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USU Get Away Special Team Set to Monitor Solar Effects on Satellites


Thursday, Aug. 29, 2013


graphic illustration of POPACS system
Graphic of the POPACS system shows three spheres (rightmost partially obscured) in a spring-loaded canister designed to eject the satellites into orbit. USU students will monitor the satellites and report findings to a national database.
USU Get Away Special logo
The Get Away Special 'GAS' Team is USU’s student space research group. The team is largely responsible for one of Utah State’s best known achievements: USU has sent more student-built experiments into space than any university in the world.

In a unique public-private partnership, Utah State University students will track three small satellites in low Earth orbit by telescope and report their findings to a national database.

 

“This is an opportunity to involve students in a real-world — or should we say ‘out-of-this-world’ — project aimed at protecting satellites from the orbit-straying effects of space weather,” says Jan Sojka, head of USU’s Department of Physics and a lead investigator on the project.

 

SpaceX, a private space transport company, is set to launch its Falcon 9 rocket into space Sept. 10 from California’s Vandenberg Air Force Base. On board is POPACS, a project led and funded by Gil Moore, former USU faculty member and longtime supporter of USU’s Get Away Special student space research team.

 

POPACS, short for “Polar Orbiting Passive Atmospheric Calibration Spheres,” is a project designed to measure changes in the density of the upper atmosphere in response to solar flares. The project consists of three spherical satellites, each measuring about 4 inches in diameter but each with a different mass.

 

“A big concern for satellites is drag — that is, forces due to atmospheric density that cause the satellite to stray from its orbit,” Sojka says. “If a satellite doesn’t stay on its prescribed path, it risks collisions with other space objects or falling toward Earth hastening its demise as it burns up in the atmosphere.”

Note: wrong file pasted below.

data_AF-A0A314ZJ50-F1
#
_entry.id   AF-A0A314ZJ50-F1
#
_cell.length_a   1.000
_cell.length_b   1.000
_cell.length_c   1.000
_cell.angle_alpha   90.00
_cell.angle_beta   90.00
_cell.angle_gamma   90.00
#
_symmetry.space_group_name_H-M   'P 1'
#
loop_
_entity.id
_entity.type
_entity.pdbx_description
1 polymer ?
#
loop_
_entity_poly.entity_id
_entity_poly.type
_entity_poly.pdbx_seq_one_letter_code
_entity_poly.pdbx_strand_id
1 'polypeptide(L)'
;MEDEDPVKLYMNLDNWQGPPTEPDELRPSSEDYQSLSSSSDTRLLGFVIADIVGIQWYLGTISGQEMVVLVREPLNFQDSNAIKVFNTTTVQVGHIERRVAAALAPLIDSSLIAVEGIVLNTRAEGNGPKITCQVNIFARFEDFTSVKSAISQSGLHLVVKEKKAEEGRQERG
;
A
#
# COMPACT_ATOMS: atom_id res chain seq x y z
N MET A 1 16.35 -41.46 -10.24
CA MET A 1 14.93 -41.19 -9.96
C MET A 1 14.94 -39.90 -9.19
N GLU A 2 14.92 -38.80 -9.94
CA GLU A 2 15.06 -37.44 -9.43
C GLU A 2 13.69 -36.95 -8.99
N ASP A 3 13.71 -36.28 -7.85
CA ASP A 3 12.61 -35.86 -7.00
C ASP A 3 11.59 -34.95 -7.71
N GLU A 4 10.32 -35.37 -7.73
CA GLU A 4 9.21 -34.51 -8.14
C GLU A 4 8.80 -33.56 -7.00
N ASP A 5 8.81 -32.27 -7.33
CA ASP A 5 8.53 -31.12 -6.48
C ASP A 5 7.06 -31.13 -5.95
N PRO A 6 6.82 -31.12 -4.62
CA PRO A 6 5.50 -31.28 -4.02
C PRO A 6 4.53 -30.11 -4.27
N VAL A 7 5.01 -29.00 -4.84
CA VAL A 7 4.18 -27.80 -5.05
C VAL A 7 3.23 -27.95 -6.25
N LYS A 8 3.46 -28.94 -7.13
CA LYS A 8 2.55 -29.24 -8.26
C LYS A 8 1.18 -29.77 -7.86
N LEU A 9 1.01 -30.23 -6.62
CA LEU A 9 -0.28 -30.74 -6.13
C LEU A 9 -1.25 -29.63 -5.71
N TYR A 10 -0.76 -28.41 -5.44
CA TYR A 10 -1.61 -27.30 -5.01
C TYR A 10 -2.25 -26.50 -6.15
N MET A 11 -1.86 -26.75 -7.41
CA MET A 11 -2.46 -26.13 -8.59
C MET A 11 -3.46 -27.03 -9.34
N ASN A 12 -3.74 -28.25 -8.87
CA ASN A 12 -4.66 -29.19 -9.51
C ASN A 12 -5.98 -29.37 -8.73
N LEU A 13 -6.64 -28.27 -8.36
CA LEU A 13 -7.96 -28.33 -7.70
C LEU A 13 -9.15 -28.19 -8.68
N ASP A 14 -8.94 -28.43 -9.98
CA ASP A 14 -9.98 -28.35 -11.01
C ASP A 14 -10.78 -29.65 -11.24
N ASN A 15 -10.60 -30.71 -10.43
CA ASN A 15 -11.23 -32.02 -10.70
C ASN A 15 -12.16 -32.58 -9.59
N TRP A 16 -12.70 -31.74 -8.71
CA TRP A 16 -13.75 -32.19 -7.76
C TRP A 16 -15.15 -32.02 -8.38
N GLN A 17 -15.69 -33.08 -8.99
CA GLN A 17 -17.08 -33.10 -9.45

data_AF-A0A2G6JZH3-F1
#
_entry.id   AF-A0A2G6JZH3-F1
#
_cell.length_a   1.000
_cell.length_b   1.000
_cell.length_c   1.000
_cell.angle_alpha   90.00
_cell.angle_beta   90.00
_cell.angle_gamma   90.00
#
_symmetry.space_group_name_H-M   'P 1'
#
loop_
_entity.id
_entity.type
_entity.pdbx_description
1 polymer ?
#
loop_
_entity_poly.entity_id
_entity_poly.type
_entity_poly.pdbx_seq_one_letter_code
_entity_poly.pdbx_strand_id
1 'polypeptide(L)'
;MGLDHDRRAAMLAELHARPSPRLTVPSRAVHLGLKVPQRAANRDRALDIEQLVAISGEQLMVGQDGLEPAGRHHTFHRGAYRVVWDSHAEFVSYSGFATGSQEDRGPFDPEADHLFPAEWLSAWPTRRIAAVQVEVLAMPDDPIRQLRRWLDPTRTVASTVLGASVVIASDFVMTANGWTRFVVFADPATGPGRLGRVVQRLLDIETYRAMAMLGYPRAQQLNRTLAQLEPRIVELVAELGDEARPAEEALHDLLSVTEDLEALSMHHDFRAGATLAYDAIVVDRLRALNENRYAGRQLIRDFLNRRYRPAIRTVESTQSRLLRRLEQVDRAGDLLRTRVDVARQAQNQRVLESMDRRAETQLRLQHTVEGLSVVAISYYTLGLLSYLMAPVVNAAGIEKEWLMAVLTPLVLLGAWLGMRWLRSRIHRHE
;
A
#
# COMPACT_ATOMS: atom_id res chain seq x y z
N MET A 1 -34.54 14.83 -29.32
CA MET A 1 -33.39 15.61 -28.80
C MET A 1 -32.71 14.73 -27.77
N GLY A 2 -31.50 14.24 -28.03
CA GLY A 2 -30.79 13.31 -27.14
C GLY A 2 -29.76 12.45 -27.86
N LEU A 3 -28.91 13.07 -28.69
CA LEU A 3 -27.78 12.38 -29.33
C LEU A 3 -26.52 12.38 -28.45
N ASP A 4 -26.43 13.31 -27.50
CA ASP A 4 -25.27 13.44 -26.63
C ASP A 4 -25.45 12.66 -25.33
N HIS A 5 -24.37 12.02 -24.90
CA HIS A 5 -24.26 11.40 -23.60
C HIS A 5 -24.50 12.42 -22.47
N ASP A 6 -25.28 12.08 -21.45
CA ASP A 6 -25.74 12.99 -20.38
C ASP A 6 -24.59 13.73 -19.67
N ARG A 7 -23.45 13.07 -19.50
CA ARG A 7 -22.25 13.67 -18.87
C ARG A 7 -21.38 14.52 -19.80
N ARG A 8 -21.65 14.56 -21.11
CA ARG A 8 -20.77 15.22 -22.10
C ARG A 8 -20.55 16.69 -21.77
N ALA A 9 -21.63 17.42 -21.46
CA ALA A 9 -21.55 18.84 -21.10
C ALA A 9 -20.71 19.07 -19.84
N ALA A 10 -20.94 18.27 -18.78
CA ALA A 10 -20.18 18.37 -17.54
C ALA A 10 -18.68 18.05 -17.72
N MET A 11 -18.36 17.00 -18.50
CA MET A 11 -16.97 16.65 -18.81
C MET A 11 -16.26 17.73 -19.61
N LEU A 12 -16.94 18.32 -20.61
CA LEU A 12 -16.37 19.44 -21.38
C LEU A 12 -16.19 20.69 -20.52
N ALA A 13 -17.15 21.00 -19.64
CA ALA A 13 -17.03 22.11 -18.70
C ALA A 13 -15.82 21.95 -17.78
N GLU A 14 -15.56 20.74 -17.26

Using telescopes and GPS, USU students will track the shiny balls — one made of aluminum, the other two of stainless steel — as they as make their way across the sky.

 

“Each of the spheres will reflect the same amount of light but, because of their varied densities, will experience the upper atmosphere differently,” Sojka says.

 

Designed and built by Planetary Systems Corporation of Maryland, the satellites will travel into space in a spring-loaded canister that will eject the spheres into orbit.

 

“This is a fantastic opportunity for our students to explore emerging technology in orbital analysis,” Sojka says. “The military, private companies and space agencies such as NASA and the European Space Agency are keenly interested in keeping satellite fleets going and avoiding problems with space weather.”

 

Solar flares, varying in intensity and frequency as the Sun moves through cycles, disrupt satellites upon which citizens of the Earth increasingly depend for communications and other commercial and military uses.

 

“So many of our daily activities — especially cell phone and pager use, Internet and TV viewing — depend on satellites,” Sojka says. “This project provides our students an opportunity to contribute to solutions for a global challenge, while learning about a lot of really interesting science.”

 

USU’s GAS Team hosts its opening social Wednesday, Sept. 4, at 5:30 p.m. in the Science Engineering Research Building, Room 244. All students interested in space research are welcome to attend. The team is currently involved in a number of endeavors, including the POPACS project.

 

Related links:

 

Contact: Jan Sojka, 435-797-2849, jan.sojka@usu.edu

Writer: Mary-Ann Muffoletto, 435-797-3517, maryann.muffoletto@usu.edu



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